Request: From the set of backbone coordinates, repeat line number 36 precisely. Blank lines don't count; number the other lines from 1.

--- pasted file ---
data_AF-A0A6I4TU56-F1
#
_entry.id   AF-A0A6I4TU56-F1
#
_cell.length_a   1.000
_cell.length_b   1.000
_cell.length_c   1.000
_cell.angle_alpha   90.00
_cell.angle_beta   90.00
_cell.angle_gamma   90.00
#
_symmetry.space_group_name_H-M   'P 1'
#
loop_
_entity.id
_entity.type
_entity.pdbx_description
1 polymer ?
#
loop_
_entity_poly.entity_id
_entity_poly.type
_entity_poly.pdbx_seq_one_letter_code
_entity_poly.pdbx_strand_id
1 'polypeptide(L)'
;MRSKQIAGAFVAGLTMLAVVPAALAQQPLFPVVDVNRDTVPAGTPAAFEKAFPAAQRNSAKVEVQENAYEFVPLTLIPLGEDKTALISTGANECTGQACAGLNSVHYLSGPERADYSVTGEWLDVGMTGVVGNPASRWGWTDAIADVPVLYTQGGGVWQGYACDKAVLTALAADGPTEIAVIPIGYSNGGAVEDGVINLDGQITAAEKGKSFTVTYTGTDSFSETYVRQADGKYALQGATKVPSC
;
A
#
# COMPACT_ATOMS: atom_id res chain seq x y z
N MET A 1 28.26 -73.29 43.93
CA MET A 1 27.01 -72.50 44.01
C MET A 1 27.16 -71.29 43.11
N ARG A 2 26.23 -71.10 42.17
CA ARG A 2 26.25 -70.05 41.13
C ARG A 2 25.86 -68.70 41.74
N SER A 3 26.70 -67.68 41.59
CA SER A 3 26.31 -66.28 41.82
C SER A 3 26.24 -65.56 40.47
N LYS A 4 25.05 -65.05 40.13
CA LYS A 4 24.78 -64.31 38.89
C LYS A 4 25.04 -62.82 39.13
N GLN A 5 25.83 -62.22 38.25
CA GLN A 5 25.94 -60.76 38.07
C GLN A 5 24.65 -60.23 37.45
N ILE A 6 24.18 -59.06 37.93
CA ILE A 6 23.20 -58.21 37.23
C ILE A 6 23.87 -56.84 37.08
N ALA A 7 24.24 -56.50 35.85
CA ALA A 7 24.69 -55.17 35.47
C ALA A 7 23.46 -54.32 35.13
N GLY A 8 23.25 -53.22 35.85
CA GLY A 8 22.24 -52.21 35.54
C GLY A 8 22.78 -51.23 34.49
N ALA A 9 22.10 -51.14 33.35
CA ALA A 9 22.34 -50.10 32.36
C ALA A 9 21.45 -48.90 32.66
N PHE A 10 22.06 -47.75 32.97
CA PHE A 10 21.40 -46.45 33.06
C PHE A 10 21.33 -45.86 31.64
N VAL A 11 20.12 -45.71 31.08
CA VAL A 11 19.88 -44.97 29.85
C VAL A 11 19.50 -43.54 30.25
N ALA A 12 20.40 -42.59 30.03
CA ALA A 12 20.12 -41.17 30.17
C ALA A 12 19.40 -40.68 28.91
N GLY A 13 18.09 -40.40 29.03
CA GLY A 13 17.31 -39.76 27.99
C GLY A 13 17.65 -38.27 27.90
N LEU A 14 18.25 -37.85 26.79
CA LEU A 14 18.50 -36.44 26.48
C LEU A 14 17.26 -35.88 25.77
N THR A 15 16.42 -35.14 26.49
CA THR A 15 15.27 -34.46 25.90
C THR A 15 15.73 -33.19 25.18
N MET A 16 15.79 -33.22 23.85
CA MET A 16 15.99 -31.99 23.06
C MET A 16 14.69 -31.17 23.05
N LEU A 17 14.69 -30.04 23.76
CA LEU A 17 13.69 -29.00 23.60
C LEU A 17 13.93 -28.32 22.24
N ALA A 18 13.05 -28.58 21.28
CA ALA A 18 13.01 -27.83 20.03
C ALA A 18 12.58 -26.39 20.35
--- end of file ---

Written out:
C ARG A 2 25.86 -68.70 41.74